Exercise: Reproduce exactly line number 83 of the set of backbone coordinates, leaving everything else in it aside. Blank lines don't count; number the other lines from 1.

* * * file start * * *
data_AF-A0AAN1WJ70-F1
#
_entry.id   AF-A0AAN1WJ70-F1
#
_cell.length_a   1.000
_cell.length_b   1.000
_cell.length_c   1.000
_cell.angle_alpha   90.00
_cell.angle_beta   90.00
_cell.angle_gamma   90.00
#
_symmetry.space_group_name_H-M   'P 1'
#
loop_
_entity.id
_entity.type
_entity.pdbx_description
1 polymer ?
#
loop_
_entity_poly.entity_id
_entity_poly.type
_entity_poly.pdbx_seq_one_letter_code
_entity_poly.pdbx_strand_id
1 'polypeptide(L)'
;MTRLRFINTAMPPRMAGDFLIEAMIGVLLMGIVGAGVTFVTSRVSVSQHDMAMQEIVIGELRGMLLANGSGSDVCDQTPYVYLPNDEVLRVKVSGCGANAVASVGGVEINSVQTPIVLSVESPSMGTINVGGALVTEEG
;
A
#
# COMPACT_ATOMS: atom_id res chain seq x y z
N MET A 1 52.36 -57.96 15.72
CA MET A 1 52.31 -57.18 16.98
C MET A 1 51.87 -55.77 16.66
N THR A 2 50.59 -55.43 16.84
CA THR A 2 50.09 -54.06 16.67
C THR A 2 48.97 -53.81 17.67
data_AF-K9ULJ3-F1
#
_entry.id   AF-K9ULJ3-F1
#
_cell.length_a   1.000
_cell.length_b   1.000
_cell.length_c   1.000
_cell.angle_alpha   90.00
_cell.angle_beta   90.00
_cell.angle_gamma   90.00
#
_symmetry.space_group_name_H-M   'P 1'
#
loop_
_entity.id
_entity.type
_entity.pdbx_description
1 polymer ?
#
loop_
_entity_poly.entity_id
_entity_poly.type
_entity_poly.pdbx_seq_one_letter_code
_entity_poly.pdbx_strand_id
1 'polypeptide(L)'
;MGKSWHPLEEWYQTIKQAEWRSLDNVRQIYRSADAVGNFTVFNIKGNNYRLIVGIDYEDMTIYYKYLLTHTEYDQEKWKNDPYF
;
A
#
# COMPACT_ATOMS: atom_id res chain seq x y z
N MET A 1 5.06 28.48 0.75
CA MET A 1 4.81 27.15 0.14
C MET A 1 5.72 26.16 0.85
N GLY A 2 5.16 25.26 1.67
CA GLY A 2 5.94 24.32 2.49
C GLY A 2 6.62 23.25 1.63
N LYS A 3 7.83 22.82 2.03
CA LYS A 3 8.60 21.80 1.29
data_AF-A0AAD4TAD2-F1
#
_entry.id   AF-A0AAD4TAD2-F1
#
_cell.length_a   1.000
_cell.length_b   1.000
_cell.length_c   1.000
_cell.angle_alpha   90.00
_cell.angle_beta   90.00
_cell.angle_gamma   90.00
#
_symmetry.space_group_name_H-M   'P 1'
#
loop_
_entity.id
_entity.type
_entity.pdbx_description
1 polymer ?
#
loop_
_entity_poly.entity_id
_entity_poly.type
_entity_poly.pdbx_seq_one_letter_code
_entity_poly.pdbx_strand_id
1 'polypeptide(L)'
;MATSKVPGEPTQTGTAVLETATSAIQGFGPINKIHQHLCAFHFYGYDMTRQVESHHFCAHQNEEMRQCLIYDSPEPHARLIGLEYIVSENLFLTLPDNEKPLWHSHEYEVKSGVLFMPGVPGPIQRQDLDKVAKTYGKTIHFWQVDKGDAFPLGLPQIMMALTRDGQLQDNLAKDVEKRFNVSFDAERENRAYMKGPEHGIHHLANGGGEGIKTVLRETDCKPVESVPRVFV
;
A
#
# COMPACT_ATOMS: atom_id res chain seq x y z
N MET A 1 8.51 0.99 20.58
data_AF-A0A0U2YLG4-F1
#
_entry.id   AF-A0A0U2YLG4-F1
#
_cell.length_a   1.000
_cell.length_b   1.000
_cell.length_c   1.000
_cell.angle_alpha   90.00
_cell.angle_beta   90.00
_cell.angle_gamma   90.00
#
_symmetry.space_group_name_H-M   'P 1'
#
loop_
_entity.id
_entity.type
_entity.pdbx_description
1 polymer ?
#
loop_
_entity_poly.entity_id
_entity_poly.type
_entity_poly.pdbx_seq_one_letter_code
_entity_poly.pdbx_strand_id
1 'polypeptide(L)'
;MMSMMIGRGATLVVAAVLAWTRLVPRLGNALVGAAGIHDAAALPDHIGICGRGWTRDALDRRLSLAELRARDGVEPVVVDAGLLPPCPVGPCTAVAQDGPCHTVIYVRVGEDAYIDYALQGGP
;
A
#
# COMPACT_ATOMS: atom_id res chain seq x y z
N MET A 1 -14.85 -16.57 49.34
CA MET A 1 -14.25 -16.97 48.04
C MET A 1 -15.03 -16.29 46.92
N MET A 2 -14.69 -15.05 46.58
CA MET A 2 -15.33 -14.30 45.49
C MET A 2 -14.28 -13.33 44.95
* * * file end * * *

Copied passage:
_cell.angle_beta   90.00